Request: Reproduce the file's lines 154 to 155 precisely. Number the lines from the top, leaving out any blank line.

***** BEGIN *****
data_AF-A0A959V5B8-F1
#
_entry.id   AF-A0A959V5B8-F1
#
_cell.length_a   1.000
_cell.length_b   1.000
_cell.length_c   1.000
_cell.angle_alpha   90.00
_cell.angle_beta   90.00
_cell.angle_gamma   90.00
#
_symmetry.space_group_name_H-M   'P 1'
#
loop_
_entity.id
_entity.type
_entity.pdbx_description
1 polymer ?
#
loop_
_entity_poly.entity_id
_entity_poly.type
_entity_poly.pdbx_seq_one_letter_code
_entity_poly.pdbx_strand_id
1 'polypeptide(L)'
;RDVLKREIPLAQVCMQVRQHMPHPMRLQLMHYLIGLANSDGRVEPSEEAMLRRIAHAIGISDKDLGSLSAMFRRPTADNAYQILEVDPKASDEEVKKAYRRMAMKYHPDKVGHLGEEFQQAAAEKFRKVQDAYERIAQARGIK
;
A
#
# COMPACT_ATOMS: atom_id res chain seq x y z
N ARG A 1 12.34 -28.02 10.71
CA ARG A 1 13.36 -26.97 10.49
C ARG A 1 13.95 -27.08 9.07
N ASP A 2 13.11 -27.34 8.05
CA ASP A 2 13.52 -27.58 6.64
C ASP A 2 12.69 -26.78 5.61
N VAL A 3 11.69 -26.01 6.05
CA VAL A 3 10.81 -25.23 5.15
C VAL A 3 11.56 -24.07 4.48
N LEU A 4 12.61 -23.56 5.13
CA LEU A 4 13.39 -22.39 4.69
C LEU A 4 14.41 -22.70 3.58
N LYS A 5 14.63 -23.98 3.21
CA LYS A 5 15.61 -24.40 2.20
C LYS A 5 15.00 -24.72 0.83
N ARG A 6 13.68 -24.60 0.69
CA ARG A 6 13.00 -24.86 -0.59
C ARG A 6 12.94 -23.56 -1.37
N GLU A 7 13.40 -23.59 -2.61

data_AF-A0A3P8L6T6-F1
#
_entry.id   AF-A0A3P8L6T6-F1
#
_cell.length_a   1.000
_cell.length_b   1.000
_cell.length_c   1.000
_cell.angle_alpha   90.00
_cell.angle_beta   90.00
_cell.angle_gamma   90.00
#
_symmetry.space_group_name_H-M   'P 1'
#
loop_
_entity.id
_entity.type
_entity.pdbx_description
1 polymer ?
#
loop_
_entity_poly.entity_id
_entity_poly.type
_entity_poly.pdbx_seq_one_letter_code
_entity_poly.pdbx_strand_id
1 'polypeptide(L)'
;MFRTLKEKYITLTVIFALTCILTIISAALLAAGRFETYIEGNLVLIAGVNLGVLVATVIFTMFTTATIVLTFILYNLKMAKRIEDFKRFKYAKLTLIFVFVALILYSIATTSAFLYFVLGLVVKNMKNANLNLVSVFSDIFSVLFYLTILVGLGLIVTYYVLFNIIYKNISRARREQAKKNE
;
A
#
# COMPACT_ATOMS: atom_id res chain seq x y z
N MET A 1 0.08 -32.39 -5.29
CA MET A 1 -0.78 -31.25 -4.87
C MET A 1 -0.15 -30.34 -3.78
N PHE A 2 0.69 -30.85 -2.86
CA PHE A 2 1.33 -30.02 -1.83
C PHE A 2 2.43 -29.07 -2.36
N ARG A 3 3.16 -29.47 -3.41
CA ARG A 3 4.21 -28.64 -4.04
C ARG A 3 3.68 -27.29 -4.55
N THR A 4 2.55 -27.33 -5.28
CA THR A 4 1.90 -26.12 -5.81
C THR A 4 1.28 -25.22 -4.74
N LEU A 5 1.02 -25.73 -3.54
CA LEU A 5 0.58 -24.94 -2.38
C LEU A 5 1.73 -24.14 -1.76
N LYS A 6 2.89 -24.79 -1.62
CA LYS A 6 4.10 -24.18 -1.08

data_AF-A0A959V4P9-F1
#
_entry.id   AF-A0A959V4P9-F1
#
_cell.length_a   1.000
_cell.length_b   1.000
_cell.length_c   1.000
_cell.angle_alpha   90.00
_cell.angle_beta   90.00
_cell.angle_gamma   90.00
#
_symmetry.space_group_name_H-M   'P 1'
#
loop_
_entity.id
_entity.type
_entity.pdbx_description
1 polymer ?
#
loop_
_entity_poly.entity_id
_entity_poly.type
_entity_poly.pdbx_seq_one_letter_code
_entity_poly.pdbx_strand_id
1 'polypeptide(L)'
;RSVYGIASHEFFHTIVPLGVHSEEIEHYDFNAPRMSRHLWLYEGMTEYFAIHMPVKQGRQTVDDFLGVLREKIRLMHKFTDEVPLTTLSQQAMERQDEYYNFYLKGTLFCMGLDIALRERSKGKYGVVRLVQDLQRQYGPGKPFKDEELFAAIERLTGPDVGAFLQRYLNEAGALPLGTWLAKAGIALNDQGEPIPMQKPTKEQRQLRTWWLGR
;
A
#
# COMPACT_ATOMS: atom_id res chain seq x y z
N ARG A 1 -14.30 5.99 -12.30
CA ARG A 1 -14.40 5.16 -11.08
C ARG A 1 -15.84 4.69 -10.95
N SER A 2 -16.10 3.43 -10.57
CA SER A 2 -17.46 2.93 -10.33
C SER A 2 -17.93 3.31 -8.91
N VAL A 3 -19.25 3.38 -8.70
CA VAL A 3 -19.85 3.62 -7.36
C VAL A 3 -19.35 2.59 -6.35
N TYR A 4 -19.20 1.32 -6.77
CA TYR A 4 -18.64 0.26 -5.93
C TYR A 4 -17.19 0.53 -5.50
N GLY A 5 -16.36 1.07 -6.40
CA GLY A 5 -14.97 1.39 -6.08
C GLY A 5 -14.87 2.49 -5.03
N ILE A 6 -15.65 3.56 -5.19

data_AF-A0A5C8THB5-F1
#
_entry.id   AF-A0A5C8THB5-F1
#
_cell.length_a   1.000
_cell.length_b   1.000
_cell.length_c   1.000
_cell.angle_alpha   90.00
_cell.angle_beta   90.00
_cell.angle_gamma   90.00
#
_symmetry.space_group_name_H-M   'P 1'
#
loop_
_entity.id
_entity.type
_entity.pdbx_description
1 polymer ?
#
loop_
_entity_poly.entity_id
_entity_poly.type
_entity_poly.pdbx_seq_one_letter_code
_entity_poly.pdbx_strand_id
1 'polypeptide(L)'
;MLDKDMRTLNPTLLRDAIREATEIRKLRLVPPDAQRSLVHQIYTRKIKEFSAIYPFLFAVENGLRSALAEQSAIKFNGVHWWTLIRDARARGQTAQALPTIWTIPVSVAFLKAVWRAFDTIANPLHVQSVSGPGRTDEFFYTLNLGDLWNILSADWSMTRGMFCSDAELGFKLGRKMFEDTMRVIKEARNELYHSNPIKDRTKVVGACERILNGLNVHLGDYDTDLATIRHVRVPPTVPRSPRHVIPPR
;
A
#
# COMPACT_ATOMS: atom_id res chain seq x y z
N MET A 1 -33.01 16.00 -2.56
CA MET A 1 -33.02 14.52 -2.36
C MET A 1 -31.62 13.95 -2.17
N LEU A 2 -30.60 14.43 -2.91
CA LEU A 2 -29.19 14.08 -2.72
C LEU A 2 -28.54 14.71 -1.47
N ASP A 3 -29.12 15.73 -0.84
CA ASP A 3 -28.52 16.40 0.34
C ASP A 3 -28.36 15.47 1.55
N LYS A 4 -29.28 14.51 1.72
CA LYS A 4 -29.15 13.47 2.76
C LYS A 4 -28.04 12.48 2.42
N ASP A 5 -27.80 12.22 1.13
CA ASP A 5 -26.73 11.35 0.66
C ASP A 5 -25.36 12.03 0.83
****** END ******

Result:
_symmetry.space_group_name_H-M   'P 1'
#